It is an extremely cathartic second. To start with, it is humorous! A superbly timed second of comedy within the midst of a darkish, visceral second. I laughed out loud. Nevertheless it’s additionally an acknowledgement, a crystalized second of self consciousness. The present is speaking about itself, on to its viewers. Sure, Station Eleven is pretentious. It is a present actively wrestling with huge concepts – swinging for the fences, navigating the worth of artwork in a world stuffed with struggling. 

However Station Eleven is additionally self-aware sufficient to know it is asking lots. Of its viewers, of itself as an leisure product. That is essential.

An enormous ask

Why ought to we care a couple of tv present? Why ought to any type of artwork matter? In a world the place I discover myself drifting away from so-called “status TV,” Station Eleven pressured me to ask myself that query. 

Just lately I have been extra prone to eat countless, disposable anime, or binge watch feel-good actuality reveals like Outdated Sufficient and The Nice British Bake Off. Given what we have all gone by way of over the past two or three years, it has been troublesome to summon the “huge mind vitality” required to take pleasure in a present like Station Eleven. A present that forces us to reckon with huge questions and massive concepts. 

Daniel Zovatto as the Prophet and Mackenzie Davis as Kirsten in Station Eleven

Station Eleven goes in instructions you may not count on.


{Photograph} by Ian Watson/HBO Max

That is exactly why I discovered Station Eleven so repulsive at first. Within the midst of COVID-19, a interval of ground-shaking political strife, you are actually gonna ask me to interact with a TV present a couple of touring troupe of Shakespearean actors performing Hamlet in a post-pandemic wasteland? That is a giant ask.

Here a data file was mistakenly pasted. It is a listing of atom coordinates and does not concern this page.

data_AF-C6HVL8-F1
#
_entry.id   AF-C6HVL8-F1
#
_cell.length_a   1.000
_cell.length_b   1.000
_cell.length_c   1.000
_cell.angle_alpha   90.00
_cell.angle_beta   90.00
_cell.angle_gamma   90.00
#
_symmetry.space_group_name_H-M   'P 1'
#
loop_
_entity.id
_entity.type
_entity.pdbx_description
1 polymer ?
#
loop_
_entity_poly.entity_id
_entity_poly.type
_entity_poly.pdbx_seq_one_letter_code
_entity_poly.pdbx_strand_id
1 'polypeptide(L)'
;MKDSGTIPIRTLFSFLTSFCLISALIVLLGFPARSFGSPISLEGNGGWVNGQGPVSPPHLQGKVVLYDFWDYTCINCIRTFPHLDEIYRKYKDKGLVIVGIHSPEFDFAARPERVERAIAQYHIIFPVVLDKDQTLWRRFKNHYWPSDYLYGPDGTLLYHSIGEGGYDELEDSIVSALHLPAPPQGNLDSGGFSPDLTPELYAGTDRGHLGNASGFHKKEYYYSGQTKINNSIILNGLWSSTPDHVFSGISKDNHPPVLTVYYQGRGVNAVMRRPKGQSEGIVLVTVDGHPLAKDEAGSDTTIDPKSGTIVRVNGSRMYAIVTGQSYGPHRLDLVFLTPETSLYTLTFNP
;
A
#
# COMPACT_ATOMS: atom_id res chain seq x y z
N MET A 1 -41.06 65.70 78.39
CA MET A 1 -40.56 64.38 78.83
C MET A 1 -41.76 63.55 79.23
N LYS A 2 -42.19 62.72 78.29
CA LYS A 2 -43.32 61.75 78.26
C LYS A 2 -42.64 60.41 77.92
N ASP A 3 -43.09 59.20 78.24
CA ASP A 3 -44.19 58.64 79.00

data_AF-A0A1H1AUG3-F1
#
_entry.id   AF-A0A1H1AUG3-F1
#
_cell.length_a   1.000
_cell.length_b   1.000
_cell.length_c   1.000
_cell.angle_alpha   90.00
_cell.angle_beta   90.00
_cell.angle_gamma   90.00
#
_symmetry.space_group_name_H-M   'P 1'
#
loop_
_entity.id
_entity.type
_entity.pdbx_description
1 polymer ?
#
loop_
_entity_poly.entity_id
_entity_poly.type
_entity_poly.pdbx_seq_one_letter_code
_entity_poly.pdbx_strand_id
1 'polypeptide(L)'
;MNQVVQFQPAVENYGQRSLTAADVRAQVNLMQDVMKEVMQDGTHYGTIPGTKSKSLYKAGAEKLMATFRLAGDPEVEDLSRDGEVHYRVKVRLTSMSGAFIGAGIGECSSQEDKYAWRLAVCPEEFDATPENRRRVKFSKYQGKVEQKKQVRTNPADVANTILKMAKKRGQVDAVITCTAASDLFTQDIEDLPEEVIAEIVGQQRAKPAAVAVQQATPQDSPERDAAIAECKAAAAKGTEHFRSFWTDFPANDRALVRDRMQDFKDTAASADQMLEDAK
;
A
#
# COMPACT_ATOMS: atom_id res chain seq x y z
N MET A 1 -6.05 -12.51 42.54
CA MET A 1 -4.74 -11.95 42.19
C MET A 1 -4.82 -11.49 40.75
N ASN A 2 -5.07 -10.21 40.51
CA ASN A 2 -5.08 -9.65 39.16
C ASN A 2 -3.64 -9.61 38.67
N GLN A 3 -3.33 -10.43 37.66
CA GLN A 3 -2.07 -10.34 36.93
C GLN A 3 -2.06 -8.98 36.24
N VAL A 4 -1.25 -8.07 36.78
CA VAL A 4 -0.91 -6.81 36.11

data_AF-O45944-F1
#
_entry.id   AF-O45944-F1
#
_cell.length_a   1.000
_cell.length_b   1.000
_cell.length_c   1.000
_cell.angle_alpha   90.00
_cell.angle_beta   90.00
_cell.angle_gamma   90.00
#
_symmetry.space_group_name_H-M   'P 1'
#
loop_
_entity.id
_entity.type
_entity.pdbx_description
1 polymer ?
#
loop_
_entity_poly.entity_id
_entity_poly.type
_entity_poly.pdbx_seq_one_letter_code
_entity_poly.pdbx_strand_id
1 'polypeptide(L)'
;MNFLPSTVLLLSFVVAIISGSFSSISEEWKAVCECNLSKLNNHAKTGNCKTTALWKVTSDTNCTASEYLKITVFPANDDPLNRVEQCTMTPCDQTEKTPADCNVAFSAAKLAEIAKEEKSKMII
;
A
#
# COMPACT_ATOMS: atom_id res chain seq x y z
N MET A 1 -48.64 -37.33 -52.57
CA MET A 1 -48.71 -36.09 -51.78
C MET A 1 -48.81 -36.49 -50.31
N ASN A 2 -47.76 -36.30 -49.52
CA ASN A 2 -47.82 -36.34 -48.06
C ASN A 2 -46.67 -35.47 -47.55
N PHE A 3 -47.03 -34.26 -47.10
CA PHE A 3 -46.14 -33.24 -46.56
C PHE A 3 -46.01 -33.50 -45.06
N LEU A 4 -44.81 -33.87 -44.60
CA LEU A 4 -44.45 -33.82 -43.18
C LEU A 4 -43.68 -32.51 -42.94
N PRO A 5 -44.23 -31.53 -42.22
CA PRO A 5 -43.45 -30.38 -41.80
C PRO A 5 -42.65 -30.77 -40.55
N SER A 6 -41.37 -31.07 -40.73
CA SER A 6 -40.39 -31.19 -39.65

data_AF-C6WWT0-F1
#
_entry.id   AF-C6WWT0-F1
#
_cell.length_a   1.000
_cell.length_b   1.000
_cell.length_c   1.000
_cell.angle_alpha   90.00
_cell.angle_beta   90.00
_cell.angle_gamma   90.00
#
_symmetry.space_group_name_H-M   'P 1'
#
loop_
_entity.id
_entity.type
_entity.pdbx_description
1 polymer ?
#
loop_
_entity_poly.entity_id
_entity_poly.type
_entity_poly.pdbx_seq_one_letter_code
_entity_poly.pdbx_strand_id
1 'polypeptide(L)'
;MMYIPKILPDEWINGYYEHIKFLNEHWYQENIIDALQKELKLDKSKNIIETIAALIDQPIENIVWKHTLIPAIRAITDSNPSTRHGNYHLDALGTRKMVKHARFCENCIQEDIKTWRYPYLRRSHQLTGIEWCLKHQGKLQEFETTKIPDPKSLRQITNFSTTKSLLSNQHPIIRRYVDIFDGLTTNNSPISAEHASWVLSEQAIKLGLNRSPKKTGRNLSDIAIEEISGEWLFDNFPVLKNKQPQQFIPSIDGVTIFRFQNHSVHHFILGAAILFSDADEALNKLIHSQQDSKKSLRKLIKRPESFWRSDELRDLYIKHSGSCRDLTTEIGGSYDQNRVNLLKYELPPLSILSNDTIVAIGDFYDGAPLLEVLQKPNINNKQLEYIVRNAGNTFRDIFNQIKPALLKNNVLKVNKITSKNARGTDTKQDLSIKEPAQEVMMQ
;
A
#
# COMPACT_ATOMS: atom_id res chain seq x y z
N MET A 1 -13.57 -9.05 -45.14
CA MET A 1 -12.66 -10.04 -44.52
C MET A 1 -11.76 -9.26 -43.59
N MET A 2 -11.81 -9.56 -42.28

However Station Eleven works as a result of it guidelines on each attainable degree. It is so simple as that. It is a well-written present, with nice performances and soundtrack that may hang-out you lengthy after you have completed watching. 

Station Eleven swings for the fences however hits the ball clear. It takes time to ship on its daring imaginative and prescient, however in case you stick by way of that preliminary gradual burn – battle by way of that preliminary repulsion – you may be rewarded with a present that has nuanced issues to say on each “Severe Subject” it dares to broach. It is a present about households – actual and inherited. It is a present in regards to the legacy of shared trauma. A present about artwork as a refuge. If that offers you the ick, I get it. However in a really actual universe the place we’re deep within the wilderness of our personal ache and struggling, Station Eleven is as important as tv will get.